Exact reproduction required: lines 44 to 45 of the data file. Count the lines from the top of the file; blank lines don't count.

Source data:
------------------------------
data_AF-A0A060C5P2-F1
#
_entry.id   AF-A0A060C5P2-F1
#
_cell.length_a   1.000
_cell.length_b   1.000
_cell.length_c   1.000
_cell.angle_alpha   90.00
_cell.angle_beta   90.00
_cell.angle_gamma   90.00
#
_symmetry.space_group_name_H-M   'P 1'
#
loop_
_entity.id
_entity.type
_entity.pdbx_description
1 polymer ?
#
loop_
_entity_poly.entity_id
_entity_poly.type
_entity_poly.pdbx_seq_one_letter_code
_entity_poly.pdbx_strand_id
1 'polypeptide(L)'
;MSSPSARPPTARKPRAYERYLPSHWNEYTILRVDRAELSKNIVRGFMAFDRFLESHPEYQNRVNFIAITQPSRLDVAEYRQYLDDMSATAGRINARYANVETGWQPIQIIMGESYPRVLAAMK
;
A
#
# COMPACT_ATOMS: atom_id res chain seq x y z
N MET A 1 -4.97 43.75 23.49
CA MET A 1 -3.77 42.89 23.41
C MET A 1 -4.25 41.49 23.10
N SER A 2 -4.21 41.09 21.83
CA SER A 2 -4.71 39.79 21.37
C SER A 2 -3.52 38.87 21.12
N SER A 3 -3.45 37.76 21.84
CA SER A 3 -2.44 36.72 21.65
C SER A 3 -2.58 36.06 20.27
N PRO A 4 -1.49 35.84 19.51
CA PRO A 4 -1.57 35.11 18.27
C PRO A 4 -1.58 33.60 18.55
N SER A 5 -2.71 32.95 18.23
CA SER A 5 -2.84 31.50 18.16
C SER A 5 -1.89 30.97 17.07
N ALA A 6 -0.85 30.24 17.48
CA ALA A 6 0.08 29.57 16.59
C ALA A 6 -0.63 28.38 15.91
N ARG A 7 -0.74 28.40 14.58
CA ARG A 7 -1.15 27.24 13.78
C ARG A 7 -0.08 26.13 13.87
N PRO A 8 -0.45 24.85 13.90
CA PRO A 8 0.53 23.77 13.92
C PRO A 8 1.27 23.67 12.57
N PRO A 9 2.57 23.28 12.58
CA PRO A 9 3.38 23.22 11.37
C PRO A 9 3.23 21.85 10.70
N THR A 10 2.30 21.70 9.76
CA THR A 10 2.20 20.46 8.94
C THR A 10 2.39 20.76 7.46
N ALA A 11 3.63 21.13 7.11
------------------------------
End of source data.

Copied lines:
CA SER A 5 -2.84 31.50 18.16
C SER A 5 -1.89 30.97 17.07